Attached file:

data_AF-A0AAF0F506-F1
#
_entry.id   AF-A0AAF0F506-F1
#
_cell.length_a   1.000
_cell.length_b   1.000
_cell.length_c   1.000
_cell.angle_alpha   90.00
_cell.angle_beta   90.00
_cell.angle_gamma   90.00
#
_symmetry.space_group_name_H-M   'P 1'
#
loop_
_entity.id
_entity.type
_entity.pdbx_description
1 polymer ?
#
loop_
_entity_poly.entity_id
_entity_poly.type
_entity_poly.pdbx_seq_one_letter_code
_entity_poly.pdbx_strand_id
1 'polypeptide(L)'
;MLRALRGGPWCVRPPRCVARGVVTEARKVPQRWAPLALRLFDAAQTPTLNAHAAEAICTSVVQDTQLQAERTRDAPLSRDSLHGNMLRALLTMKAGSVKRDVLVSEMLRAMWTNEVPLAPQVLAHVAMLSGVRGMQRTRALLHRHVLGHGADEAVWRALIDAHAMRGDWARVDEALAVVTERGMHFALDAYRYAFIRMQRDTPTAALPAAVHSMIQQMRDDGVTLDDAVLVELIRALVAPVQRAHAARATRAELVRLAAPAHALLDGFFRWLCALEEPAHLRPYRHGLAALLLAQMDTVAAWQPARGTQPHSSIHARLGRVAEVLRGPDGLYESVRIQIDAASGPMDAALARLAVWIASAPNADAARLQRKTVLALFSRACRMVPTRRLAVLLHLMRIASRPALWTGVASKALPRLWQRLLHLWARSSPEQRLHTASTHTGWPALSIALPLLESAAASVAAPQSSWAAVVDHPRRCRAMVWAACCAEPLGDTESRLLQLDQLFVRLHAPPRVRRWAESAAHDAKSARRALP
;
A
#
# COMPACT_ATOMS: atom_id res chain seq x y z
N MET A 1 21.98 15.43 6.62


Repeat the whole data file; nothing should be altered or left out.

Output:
data_AF-A0AAF0F506-F1
#
_entry.id   AF-A0AAF0F506-F1
#
_cell.length_a   1.000
_cell.length_b   1.000
_cell.length_c   1.000
_cell.angle_alpha   90.00
_cell.angle_beta   90.00
_cell.angle_gamma   90.00
#
_symmetry.space_group_name_H-M   'P 1'
#
loop_
_entity.id
_entity.type
_entity.pdbx_description
1 polymer ?
#
loop_
_entity_poly.entity_id
_entity_poly.type
_entity_poly.pdbx_seq_one_letter_code
_entity_poly.pdbx_strand_id
1 'polypeptide(L)'
;MLRALRGGPWCVRPPRCVARGVVTEARKVPQRWAPLALRLFDAAQTPTLNAHAAEAICTSVVQDTQLQAERTRDAPLSRDSLHGNMLRALLTMKAGSVKRDVLVSEMLRAMWTNEVPLAPQVLAHVAMLSGVRGMQRTRALLHRHVLGHGADEAVWRALIDAHAMRGDWARVDEALAVVTERGMHFALDAYRYAFIRMQRDTPTAALPAAVHSMIQQMRDDGVTLDDAVLVELIRALVAPVQRAHAARATRAELVRLAAPAHALLDGFFRWLCALEEPAHLRPYRHGLAALLLAQMDTVAAWQPARGTQPHSSIHARLGRVAEVLRGPDGLYESVRIQIDAASGPMDAALARLAVWIASAPNADAARLQRKTVLALFSRACRMVPTRRLAVLLHLMRIASRPALWTGVASKALPRLWQRLLHLWARSSPEQRLHTASTHTGWPALSIALPLLESAAASVAAPQSSWAAVVDHPRRCRAMVWAACCAEPLGDTESRLLQLDQLFVRLHAPPRVRRWAESAAHDAKSARRALP
;
A
#
# COMPACT_ATOMS: atom_id res chain seq x y z
N MET A 1 21.98 15.43 6.62